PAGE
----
By Jennifer Hushaw


73% of foresters to consider climate change in their management decisions after engaging with Manomet!

Many Manomet supporters are familiar with the Climate Smart Land Network (CSLN)—a Manomet program that aims to increase the resilience of North American forests by working with forest owners and managers to develop “climate smart” management practices based on the latest science. Our approach of engaging directly with managers (a strategy employed across many Manomet programs) has allowed us to impact a significant acreage—the CSLN currently includes ten member organizations that manage over 15.6 million acres.  Building on this impact, we have continued to use this approach in another, less well-known, aspect of our work, which is outreach and engagement with forestry professionals in the Northeast.


Eric Walberg (Climate Services Director) presenting during a recent CSLN workshop for
forestry and natural resource professionals in Lancaster, NH. (October 2016)


Over the past several months, Manomet Climate Services staff conducted workshops for over 180 foresters and natural resource professionals across Maine, New Hampshire, Vermont, and New York. This was a great opportunity to leverage change because these individuals are responsible for managing thousands of acres of public and private forestland across the region. The workshops inform participants about climate change trends, expected forest impacts, and a spectrum of potential management responses. We cover the fundamental science of climate change and natural system response, while also outlining a number of ‘things to do’ in the near-term that can buffer or lessen some negative impacts.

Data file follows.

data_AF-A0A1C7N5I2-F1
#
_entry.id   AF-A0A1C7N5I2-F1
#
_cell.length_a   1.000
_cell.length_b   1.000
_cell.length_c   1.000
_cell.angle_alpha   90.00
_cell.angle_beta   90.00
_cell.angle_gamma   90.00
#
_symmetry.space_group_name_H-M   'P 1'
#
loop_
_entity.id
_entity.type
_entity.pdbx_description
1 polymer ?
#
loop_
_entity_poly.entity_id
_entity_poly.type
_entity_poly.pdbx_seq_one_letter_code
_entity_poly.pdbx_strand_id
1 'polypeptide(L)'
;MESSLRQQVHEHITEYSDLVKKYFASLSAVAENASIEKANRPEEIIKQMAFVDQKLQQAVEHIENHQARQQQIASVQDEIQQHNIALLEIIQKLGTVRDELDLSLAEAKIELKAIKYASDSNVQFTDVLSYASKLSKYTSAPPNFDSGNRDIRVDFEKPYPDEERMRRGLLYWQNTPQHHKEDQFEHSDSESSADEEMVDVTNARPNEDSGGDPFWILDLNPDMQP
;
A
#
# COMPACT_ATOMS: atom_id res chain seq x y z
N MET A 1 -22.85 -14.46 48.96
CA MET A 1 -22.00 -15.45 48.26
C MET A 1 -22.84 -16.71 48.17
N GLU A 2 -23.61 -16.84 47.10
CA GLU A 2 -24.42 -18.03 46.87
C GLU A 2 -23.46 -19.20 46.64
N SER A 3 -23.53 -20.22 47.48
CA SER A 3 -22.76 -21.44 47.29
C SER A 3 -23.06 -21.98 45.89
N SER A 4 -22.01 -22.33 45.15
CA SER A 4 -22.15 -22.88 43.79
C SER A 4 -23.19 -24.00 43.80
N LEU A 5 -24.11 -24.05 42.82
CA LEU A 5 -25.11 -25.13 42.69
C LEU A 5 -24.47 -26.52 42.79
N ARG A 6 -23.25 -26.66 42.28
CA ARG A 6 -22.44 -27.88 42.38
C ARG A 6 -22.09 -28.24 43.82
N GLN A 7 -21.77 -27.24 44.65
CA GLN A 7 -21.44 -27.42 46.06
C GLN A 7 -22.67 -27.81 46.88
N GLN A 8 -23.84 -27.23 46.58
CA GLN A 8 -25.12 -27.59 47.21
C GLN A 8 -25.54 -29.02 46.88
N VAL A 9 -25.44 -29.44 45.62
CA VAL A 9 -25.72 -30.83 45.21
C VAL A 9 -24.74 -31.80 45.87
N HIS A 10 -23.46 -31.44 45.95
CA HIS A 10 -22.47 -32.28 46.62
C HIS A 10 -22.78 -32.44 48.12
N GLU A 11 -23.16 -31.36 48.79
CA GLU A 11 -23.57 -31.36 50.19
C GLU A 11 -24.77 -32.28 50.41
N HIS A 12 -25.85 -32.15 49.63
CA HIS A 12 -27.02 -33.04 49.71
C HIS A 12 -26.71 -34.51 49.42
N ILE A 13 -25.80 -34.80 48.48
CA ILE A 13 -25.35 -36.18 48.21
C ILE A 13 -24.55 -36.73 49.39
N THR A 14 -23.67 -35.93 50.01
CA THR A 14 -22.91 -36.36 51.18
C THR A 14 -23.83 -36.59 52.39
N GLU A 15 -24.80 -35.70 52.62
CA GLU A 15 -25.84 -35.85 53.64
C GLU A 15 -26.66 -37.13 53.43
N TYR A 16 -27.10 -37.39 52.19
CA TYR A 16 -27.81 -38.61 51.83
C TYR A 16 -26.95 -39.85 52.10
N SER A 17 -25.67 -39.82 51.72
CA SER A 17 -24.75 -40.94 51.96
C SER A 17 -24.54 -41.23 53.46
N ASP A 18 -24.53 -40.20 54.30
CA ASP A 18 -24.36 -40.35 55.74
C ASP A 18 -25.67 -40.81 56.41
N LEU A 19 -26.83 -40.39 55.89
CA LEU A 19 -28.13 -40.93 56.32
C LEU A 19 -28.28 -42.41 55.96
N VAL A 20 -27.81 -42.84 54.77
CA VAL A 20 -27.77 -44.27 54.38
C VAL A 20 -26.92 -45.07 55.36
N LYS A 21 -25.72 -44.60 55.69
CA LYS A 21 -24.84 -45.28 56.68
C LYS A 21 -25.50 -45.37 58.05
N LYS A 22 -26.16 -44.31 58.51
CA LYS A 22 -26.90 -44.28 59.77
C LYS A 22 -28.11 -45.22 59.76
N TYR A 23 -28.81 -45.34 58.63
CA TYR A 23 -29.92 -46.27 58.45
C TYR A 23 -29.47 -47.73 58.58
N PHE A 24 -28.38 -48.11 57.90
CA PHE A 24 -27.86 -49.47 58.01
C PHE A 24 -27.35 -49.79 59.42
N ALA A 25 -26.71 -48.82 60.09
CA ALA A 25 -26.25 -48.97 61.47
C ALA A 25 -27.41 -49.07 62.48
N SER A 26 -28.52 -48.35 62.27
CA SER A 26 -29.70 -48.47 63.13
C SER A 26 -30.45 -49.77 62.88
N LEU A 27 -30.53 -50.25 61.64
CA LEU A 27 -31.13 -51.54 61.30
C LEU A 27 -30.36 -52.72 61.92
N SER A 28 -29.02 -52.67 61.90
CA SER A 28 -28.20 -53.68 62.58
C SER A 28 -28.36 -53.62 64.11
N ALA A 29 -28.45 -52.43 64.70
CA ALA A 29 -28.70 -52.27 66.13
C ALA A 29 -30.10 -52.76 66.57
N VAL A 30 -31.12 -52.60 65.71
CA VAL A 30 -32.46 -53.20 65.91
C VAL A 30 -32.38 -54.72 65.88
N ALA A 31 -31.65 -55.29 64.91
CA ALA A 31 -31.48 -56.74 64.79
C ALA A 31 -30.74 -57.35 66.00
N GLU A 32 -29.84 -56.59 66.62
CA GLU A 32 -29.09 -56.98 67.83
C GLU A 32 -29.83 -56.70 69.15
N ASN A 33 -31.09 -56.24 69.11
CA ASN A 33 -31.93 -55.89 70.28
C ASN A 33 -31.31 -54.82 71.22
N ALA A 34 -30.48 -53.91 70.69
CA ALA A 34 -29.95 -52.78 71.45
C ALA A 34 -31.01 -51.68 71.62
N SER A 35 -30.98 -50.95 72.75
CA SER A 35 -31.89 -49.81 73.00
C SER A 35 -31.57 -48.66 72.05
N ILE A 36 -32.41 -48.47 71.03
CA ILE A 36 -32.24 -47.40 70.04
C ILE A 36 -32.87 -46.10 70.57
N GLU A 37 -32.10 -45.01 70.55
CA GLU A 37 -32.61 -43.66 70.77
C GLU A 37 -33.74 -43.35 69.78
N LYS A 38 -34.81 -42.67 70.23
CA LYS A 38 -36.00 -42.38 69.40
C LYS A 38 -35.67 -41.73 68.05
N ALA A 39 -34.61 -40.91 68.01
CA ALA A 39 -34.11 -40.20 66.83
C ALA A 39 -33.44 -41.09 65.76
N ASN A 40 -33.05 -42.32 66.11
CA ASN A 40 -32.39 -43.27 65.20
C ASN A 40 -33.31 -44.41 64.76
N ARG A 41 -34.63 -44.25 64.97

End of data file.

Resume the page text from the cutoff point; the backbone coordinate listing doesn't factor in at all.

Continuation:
For example, the Northeast has seen a 71% increase in heavy precipitation events in recent decades (a result of the fact that a warmer atmosphere can hold more water vapor) and this has had a direct impact on forest infrastructure, including washouts on forest roads and stream crossings that blow out during high water flow events following a heavy downpour. This increase has been observed first-hand by the CSLN and many of our workshop participants. In response, many are now upsizing culverts and other stream crossings as a matter of course or using temporary crossings more frequently in order to accommodate this “new normal.”


Another example of an adaptation strategy is shifting the timing and/or location of harvest operations to rely less on frozen ground conditions. On certain sites in the Northeast, particularly where there are wetter soils, harvests are often conducted in the winter when the ground is frozen in order to reduce soil disturbance from logging equipment. However, many managers report they can no longer count on consistent frozen conditions and they experience more freeze/thaw events that can stall harvest operations or even make it impossible to access certain areas. This is consistent with observed and projected trends toward warmer winters and less snowfall as the climate warms, and it requires managers to change how they typically operate.


Feedback from these workshops has helped us tailor our content to make it valuable for managers who want to know what’s coming and what they can do tomorrow to tackle these changes. Results from our post-workshop surveys indicate we’re hitting the mark. On average, 99% of attendees said the workshop improved their understanding of climate change and forest response, while 83% agreed or strongly agreed that the content provided a useful approach they can implement now. But perhaps the most telling statistic is that, on average, only 24% of attendees said they had previously considered climate change in their forest management decisions, while an average of 73% said they planned to do so in the future—just one measure of Manomet’s success with applying science and engaging people to move the needle on sustainability.